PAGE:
The Cybersecurity Manufacturing Innovation Institute receives national recognition by the White House

In This Story

People Mentioned in This Story

The Cybersecurity Manufacturing Innovation Institute (CyManII) was recognized by President Joe Biden and the White House Administration during his address given to the Cybersecurity Summit on August 25, 2021. U.S. public and private sector entities have been attacked in various high-profile cybersecurity incidents by increasingly sophisticated and malicious cyber attackers. President Biden addressed the cybersecurity threats and incidents that are currently affecting the nation and discussed how the government, education, and private sectors can work together to improve the nation’s cybersecurity. 

Researchers from Mason’s College of Engineering and Computing are deeply involved with CyManII, and dedicated space at George Mason University’s Arlington Campus serves as the institute's east coast headquarters. The headquarters will house offices, meeting space, and training facilities for the National Capital Region. 

“The Arlington facility will include lab space and equipment to demonstrate, test, and validate CyManII’s emerging cybersecurity and advanced manufacturing technologies and products,” says Associate Professor and Vice President for Securing Automation and Supply Chain Paulo Costa. “Our proximity to the Department of Energy and Washington, D.C. will be useful to visitors when we return to in-person meetings and events.” 

The 13,000-square-foot facility supports robotic platforms that evaluate security vulnerabilities, the impact of 5G on autonomous vehicles, the power grid, smart buildings and cities, and smart manufacturing. The space will also host a robotic smart manufacturing testbed and provide meeting and temporary office space for visiting researchers and staff.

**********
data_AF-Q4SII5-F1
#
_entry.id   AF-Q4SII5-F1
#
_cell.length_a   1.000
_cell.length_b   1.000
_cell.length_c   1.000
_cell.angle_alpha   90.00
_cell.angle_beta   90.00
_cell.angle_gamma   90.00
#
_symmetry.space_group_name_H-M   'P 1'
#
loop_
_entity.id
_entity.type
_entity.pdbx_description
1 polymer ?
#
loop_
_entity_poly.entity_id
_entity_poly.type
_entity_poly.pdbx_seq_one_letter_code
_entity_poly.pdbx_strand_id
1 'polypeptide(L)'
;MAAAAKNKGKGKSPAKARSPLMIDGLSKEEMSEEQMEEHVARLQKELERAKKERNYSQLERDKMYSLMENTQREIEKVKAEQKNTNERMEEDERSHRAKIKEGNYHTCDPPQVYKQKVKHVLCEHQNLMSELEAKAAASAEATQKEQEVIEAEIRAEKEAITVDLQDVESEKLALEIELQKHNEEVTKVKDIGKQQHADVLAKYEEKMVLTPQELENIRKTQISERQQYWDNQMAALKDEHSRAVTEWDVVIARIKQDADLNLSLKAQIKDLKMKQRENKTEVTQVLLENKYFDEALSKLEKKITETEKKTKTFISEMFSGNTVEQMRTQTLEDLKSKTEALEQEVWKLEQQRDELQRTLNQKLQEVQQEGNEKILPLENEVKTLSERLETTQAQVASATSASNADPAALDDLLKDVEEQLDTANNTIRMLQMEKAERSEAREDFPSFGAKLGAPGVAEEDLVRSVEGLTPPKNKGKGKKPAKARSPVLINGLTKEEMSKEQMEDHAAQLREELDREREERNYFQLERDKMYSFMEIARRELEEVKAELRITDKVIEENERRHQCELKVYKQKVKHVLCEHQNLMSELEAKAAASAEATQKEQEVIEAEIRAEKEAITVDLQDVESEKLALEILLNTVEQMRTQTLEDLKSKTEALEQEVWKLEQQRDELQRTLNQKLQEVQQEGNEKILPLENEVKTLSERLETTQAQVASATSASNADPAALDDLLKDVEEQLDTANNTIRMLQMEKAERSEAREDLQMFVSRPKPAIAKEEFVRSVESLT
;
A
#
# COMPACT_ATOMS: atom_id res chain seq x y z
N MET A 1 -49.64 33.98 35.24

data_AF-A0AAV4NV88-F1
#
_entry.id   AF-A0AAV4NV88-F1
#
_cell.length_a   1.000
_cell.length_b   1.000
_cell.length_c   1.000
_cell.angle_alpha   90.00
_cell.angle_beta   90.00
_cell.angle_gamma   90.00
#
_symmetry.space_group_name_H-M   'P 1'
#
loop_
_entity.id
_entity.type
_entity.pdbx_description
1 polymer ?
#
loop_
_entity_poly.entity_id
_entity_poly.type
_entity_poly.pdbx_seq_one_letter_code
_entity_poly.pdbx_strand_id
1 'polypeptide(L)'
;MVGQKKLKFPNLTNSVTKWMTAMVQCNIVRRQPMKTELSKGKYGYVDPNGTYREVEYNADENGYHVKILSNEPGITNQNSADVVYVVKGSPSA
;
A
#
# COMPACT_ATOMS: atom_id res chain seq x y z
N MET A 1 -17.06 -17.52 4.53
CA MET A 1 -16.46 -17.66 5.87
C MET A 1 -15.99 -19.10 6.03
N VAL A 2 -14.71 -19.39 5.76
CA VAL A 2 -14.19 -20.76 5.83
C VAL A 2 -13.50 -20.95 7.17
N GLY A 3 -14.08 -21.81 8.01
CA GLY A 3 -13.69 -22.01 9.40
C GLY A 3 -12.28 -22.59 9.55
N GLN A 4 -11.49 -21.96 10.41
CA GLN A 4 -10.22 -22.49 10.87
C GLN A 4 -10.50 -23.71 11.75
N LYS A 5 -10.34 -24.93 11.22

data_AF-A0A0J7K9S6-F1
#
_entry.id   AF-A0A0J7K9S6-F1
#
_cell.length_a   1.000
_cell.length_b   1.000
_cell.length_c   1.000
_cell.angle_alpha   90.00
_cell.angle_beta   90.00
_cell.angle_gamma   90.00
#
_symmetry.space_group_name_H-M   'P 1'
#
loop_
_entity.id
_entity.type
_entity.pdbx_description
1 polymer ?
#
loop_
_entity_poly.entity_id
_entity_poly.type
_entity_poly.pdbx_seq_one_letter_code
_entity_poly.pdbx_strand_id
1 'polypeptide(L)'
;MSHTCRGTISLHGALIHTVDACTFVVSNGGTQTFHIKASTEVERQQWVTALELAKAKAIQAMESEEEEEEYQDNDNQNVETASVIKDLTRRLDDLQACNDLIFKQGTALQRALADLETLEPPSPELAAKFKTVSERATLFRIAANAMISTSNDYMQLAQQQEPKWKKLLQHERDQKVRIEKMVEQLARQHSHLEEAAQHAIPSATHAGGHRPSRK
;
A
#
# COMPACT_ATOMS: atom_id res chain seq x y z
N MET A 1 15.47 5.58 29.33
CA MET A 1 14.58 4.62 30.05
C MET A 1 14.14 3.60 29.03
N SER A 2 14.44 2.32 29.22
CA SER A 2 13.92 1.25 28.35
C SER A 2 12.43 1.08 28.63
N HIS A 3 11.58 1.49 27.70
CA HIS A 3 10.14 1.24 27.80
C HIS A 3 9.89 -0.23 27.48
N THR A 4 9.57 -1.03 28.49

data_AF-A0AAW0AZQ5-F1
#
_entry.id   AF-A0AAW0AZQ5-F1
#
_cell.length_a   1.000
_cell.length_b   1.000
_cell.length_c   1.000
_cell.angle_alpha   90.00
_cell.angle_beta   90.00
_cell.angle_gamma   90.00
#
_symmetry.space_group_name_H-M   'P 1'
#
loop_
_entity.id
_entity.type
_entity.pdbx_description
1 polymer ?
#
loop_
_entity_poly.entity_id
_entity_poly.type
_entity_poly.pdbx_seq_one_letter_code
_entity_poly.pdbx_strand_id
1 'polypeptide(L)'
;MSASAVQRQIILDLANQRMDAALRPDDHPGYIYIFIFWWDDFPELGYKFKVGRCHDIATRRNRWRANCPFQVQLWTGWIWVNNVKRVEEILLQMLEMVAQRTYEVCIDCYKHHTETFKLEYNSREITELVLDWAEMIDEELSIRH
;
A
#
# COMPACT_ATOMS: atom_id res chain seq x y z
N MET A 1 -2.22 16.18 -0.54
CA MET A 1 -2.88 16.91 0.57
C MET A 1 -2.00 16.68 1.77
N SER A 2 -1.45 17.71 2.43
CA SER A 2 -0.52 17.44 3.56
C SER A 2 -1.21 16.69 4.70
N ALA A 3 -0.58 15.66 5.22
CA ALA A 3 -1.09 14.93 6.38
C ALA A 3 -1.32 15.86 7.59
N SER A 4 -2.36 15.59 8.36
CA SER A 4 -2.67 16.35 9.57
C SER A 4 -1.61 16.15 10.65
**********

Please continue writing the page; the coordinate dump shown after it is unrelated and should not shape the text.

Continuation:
Mason is participating in road mapping efforts and strategic decisions about investments, technical focus, and projects. Mason faculty will also gain complimentary access to CyManII events, tech showcases and meetings, and participate in the annual RFP (Request for Proposals) competition. Researchers from the College of Engineering and Computing, who are setting up the lab, are playing key roles in CyManII’s first-year projects, finding ways to protect manufacturing automation and supply chains from cyber threats, and designing better security for advanced manufacturing plants. 

Funded by the Department of Energy, CyManII addresses the fundamental, hard challenges of cybersecurity within the manufacturing and cybersecurity sectors of our nation’s infrastructure. As mentioned by the White House, the U.S. manufacturing and energy critical infrastructure ecosystems are at high risk to cyber-attacks and thus, makes the U.S. manufacturing sector the number one target for nation-state cyber-attacks.  

“CyManII recognizes that to transform the manufacturing industry, we must provide workforce development at scale to reach manufacturers where they exist today to upskill and reskill their workforce,” said CyManII Chief Executive Officer Howard Grimes. “To protect U.S. companies from cyber-attacks, a massive workforce development effort must be launched.”  

Investing its technical expertise and efforts into developing a state-of-the-art secure manufacturing architecture called Energy Efficient (ε) Pervasive, Unobtrusive, Resilient, and Economical (ε-PURE), CyManII has begun the work necessary to research, implement and educate manufactures on the evolving threat vectors. This work aims to protect U.S companies from current and future cyber-attacks as well as increase overall equipment energy efficiency to provide manufacturers more productivity and more profit.  

“CyManII will introduce new cyber-informed, secure-by-design architectures and we will align the implementation of these architectures, on both legacy and new systems, with a highly trained workforce capable of defending U.S. companies and manufacturers over the next decades,” says Grimes.